ataxia

(redirected from limb ataxia)
Also found in: Thesaurus, Medical, Encyclopedia.
Related to limb ataxia: NIH Stroke Scale

a·tax·i·a

 (ə-tăk′sē-ə)
n.
1. Loss of the ability to coordinate muscular movement.
2. Any of various degenerative, often hereditary, disorders that are characterized by ataxia and are frequently associated with cerebellar atrophy.

[Greek ataxiā, disorder : a-, not; see a-1 + taxis, order.]

a·tax′ic adj. & n.

ataxia

(əˈtæksɪə) or

ataxy

n
(Pathology) pathol lack of muscular coordination
[C17: via New Latin from Greek: lack of coordination, from a-1 + -taxia, from tassein to put in order]
aˈtaxic, aˈtactic adj

a•tax•i•a

(əˈtæk si ə)

n.
loss of coordination of the muscles, esp. of the extremities.
[1605–15; < New Latin < Greek: indiscipline]
a•tax′ic, adj.

a·tax·i·a

(ə-tăk′sē-ə)
Loss of muscular coordination as a result of damage to the central nervous system.

ataxia, ataxy

inability to coordinate bodily movements, especially movements of the muscles. See also order and disorder.
See also: Disease and Illness
lack of order; irregularity. See also disease and illness.
See also: Order and Disorder

ataxia

Lack of coordination of the muscles.
ThesaurusAntonymsRelated WordsSynonymsLegend:
Noun1.ataxia - inability to coordinate voluntary muscle movements; unsteady movements and staggering gait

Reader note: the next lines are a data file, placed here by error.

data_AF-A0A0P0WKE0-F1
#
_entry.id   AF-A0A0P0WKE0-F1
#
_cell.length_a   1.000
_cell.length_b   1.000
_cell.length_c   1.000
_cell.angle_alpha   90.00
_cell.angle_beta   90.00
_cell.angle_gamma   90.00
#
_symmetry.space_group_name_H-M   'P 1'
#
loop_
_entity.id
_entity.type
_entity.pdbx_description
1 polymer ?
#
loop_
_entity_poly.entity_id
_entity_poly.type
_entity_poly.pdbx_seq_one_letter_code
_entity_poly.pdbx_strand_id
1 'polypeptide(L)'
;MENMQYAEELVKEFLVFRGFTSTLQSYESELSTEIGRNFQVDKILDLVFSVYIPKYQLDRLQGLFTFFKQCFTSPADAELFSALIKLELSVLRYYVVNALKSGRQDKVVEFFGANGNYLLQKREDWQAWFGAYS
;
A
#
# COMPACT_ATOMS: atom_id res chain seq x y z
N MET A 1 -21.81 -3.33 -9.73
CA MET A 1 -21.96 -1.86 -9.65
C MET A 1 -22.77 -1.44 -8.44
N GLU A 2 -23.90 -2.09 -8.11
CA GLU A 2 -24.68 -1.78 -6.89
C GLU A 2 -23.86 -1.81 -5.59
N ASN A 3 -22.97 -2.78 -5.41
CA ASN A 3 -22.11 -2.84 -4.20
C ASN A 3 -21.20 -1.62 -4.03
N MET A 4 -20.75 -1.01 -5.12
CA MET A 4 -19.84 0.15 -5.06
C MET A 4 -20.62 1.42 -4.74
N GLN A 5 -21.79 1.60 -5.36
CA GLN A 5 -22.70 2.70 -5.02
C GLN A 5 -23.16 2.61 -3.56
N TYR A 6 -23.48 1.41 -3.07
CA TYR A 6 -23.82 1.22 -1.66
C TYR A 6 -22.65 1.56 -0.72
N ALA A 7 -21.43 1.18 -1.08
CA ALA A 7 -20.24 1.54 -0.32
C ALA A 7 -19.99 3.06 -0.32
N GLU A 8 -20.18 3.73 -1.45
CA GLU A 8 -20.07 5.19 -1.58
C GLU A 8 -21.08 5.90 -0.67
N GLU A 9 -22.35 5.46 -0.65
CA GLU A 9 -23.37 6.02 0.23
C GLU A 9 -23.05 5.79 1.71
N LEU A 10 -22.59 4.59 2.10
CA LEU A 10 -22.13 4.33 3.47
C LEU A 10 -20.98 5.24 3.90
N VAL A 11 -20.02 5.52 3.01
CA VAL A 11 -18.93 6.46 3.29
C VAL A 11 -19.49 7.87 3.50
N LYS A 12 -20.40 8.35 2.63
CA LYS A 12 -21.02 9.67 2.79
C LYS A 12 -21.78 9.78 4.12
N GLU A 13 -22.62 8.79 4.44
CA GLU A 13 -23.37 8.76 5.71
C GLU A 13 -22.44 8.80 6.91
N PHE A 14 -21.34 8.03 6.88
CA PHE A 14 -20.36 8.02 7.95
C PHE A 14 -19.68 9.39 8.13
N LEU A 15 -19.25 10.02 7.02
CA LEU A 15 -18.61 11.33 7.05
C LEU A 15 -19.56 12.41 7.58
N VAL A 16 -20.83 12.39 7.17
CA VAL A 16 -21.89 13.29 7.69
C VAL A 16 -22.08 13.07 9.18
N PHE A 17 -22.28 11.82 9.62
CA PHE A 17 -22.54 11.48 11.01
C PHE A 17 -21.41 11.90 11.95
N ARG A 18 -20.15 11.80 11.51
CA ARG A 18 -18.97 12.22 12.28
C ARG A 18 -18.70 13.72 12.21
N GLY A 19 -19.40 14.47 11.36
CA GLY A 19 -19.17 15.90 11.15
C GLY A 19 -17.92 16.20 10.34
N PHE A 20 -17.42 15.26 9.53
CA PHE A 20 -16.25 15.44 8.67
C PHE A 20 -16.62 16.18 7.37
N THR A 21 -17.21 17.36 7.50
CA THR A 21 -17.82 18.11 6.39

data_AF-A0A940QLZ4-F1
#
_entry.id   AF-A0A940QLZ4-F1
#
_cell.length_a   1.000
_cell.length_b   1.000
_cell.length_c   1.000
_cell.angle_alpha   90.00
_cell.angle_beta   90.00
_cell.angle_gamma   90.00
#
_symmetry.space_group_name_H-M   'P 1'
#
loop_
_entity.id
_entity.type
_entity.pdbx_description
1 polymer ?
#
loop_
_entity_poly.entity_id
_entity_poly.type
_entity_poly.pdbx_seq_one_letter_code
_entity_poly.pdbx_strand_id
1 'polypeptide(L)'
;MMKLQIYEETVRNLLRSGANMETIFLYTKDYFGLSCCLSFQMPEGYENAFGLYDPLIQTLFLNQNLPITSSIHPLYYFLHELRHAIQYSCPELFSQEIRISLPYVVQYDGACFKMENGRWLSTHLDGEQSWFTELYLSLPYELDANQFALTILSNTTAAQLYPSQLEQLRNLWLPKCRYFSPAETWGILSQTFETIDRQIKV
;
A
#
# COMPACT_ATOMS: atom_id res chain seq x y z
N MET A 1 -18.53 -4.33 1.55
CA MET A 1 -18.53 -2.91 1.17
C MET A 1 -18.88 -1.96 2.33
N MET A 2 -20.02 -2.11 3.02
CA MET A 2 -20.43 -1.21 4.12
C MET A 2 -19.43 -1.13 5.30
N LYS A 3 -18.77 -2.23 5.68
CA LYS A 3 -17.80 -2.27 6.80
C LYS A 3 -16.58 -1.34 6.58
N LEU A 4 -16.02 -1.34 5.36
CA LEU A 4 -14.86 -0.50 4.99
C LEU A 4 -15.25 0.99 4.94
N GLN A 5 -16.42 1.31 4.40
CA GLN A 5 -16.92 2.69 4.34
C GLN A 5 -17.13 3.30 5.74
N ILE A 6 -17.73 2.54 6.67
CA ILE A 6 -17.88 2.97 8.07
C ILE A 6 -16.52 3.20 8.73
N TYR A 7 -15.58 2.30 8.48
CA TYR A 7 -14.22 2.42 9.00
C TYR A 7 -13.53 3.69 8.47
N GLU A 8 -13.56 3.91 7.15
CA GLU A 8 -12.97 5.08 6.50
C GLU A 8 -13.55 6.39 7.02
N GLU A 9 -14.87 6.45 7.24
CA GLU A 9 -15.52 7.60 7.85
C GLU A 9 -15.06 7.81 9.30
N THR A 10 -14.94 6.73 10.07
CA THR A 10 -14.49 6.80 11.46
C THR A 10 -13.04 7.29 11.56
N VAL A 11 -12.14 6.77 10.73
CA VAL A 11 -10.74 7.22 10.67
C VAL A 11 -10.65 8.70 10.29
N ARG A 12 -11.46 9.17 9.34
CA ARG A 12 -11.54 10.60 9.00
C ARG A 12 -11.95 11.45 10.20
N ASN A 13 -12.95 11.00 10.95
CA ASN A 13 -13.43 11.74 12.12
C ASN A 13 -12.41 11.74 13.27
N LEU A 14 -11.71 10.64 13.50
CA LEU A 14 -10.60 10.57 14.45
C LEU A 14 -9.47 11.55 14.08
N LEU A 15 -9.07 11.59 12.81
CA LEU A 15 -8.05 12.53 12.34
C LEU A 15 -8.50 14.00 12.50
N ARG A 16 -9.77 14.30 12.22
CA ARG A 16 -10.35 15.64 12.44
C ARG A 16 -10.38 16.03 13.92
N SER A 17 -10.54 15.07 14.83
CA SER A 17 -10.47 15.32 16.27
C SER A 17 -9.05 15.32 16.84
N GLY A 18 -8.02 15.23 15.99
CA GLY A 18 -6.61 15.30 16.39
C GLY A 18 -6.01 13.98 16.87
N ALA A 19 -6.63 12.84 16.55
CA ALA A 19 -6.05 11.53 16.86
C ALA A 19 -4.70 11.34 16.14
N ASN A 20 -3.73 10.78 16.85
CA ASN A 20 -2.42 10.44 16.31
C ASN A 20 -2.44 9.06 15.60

nervous disorder, neurological disease, neurological disorder - a disorder of the nervous system
Friedreich's ataxia, herediatry spinal ataxia - sclerosis of the posterior and lateral columns of the spinal cord; characterized by muscular weakness and abnormal gait; occurs in children
hereditary cerebellar ataxia - nervous disorder of late childhood and early adulthood; characterized by ataxic gait and hesitating or explosive speech and nystagmus
spinocerebellar disorder - any of several congenital disorders marked by degeneration of the cerebellum and spinal cord resulting in spasticity and ataxia
Translations
ataxie
ataksia

ataxia

[əˈtæksɪə] Nataxia f

ataxia

nAtaxie f

ataxia

n ataxia
References in periodicals archive ?
sup][3],[4] The cardinal clinical characteristics of SCA3 include gait and stance unsteadiness, limb ataxia, dysarthria, oculomotor dysfunction, sensory disorder, pyramidal and extrapyramidal dysfunction, and so on.
In MFS, most patients initially have ophthalmoplegia followed by gait and limb ataxia.
Six months after illness onset, he experienced hallucinations, weakness of lower extremities, and limb ataxia.